The most popular Czech band Lucie have revealed their most current music video for “Než tě okradou”.
Slovakian director Karol Vosátko tells a story of a man in love, set to the backdrop of a surreal world, using an unorthodox shooting method – photographing the portraits of the actors and then bringing them to life through several weeks of animation work. The result is a combination of steampunk aesthetics, with a resemblance of Karel Zeman films from the 1960s.
“Než tě rozkradou” will be on the setlist during the upcoming fall tour, taking place in smaller venues around the Czech Republic. During November, the tour will stop at cities such as Hradec Králové, Liverec, Ústí nad Labem, Karlovy Vary, České Budějovice, Jihlava, Znojmo, Zlín, Olomouc or Třinec. Tickets are available through the TicketLIVE network.
“Než tě rozkradou” quickly came to life while recording the EvoLucie album. “I arrived to the studio a keyboard and immediately, when trying out the second sound, this song motive came to me,” says Michal Dvořák, remembering the recording session. Robert Kodym immediately caught up with the motive and it didn’t take long for the song to be written. “Robert also had a fresh new idea for lyrics which fit well with the song idea.” he added.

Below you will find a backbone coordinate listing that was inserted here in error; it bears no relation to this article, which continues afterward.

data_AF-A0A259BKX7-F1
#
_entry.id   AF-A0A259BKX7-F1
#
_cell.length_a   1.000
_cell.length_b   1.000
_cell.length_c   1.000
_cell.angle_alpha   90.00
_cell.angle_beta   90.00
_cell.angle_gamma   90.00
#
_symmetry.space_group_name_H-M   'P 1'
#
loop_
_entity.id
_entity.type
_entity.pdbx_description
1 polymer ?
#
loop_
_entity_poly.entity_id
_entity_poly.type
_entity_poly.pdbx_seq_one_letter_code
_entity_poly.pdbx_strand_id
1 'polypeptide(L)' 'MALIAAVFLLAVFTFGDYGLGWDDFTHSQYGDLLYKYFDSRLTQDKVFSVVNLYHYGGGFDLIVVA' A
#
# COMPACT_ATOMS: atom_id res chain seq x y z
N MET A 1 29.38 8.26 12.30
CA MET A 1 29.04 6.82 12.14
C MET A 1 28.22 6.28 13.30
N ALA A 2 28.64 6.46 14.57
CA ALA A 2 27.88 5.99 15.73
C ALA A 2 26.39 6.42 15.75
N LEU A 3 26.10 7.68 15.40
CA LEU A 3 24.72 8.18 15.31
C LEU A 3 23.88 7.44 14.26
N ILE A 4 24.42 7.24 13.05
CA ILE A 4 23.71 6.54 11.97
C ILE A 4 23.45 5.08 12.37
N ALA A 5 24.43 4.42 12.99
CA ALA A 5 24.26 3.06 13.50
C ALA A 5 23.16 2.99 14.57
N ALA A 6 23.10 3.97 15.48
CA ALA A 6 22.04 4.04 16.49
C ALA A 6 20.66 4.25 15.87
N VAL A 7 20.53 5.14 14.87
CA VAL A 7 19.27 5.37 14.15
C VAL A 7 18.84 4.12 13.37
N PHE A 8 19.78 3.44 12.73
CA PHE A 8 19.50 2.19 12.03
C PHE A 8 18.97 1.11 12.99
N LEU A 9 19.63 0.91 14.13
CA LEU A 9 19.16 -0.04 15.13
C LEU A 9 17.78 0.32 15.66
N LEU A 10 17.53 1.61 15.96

Slovakian director Karol Vosátko filled the video with a strong testimony of a broken heart. “As with everything in life, whatever one chases is what runs away from him. And vice versa. Whatever chases us, is what we run away from. And this the scheme the video talks about. These are beautiful and terrible feelings at the same time – they change life irreversibly.” says the director, who was looking for a key to telling the story of pain and fatality.
“The stylisation gave more freedom to tell a story without being pathetic. That’s why I chose a surreal world with a hint of steampunk, where I decided to set this story of a man fatally in love. I created by bringing photographs into motion and combining this with animation.” he says.
For the main roles, he casted Slovakian actors Lukáš Latinák and Mirka Partlová. “They were perfect for the story, and they were also great during the photo session – posing in many unnatural positions, with unusual costumes and props,” says Vosátko, who ended up taking 1600 photographs and taking a week to sort them all out. The actual postproduction work with acclaimed graphic designer Jozef Koháry, took him another month and a half.
“The hardest thing about music videos is convincing the band or their management about your vision, which may seem a little abstract of ungraspable in terms of content and form. In this case, though, we were in agreement, which is rare,” says the director.